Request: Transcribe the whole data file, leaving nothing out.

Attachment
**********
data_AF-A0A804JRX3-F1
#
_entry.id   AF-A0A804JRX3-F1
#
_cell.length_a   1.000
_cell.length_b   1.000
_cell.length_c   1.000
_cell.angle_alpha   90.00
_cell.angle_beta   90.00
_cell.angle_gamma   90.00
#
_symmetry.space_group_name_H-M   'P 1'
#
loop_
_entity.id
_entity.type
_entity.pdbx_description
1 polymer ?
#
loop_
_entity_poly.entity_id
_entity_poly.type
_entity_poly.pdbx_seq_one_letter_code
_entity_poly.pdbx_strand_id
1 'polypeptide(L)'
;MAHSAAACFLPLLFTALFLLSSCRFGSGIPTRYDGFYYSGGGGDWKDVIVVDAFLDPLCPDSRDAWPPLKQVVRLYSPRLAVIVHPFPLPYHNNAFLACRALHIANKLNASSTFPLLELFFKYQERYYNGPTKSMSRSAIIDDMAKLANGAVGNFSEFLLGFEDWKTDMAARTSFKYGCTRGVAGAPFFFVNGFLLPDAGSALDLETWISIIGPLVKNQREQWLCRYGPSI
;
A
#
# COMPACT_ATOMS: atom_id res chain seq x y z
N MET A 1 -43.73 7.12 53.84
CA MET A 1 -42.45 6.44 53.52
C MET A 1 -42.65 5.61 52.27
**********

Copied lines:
data_AF-A0A804JRX3-F1
#
_entry.id   AF-A0A804JRX3-F1
#
_cell.length_a   1.000
_cell.length_b   1.000
_cell.length_c   1.000
_cell.angle_alpha   90.00
_cell.angle_beta   90.00
_cell.angle_gamma   90.00
#
_symmetry.space_group_name_H-M   'P 1'
#
loop_
_entity.id
_entity.type
_entity.pdbx_description
1 polymer ?
#
loop_
_entity_poly.entity_id
_entity_poly.type
_entity_poly.pdbx_seq_one_letter_code
_entity_poly.pdbx_strand_id
1 'polypeptide(L)'
;MAHSAAACFLPLLFTALFLLSSCRFGSGIPTRYDGFYYSGGGGDWKDVIVVDAFLDPLCPDSRDAWPPLKQVVRLYSPRLAVIVHPFPLPYHNNAFLACRALHIANKLNASSTFPLLELFFKYQERYYNGPTKSMSRSAIIDDMAKLANGAVGNFSEFLLGFEDWKTDMAARTSFKYGCTRGVAGAPFFFVNGFLLPDAGSALDLETWISIIGPLVKNQREQWLCRYGPSI
;
A
#
# COMPACT_ATOMS: atom_id res chain seq x y z
N MET A 1 -43.73 7.12 53.84
CA MET A 1 -42.45 6.44 53.52
C MET A 1 -42.65 5.61 52.27